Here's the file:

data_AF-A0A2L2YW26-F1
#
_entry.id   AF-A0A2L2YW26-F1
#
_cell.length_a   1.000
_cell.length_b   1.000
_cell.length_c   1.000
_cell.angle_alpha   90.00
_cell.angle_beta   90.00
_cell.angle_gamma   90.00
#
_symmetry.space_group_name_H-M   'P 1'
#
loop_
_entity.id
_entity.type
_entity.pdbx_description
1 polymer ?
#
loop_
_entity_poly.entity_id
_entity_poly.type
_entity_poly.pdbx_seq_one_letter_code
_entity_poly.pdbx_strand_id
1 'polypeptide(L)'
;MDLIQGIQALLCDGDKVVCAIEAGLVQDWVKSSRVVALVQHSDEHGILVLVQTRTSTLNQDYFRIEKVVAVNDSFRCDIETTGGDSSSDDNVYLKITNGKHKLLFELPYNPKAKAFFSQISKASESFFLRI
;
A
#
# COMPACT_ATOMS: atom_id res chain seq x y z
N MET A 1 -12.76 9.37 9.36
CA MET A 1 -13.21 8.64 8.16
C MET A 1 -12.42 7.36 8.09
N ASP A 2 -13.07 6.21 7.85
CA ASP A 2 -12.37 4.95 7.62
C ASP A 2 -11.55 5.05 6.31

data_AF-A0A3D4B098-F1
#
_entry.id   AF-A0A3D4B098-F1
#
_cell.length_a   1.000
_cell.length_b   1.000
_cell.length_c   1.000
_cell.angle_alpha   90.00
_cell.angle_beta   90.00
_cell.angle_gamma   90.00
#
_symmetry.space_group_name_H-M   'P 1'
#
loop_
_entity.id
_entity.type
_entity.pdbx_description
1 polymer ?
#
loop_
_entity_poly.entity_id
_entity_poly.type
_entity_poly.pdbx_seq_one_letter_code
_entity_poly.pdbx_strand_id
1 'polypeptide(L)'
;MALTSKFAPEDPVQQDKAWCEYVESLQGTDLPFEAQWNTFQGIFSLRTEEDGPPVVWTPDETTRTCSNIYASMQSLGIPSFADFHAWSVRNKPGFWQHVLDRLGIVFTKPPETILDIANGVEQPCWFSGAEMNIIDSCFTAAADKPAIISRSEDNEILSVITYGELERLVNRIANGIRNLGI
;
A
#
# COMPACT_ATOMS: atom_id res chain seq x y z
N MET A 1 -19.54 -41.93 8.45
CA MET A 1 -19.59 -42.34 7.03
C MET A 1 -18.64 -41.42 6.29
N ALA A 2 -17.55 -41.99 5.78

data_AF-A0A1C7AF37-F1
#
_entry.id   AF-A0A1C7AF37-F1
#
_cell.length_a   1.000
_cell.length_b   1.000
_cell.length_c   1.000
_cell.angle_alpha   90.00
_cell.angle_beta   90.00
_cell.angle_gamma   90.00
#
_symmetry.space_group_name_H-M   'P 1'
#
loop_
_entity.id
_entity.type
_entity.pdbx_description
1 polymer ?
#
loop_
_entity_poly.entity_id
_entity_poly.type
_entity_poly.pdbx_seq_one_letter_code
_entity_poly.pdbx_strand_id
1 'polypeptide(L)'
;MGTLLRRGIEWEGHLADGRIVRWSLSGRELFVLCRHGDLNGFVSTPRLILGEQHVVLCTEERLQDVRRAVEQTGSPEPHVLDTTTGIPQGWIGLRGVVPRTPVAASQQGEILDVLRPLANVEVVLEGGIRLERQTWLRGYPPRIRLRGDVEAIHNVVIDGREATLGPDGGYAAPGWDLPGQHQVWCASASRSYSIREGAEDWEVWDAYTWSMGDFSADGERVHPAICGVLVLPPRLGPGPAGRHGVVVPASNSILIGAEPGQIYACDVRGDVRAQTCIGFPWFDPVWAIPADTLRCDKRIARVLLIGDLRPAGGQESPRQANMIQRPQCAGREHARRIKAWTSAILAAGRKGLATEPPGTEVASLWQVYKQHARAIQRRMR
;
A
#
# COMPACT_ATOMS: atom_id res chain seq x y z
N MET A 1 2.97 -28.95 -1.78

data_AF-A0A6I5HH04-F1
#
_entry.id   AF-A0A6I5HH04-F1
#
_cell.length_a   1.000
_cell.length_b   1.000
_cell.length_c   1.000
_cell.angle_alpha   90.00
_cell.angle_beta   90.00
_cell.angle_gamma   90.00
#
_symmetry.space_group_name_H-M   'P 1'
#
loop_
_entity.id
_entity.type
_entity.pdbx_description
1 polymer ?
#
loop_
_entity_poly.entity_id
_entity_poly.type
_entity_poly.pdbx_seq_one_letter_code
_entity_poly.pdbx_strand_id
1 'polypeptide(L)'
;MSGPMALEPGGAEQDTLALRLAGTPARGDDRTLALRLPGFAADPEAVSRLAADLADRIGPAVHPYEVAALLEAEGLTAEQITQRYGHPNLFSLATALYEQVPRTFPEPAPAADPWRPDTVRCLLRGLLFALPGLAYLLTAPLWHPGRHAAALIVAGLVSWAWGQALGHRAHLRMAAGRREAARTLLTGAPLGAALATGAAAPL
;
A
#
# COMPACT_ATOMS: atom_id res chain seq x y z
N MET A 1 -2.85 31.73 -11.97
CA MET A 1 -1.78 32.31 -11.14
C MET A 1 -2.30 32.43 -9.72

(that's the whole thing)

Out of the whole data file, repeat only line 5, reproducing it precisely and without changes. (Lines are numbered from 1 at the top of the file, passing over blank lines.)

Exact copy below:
_cell.length_a   1.000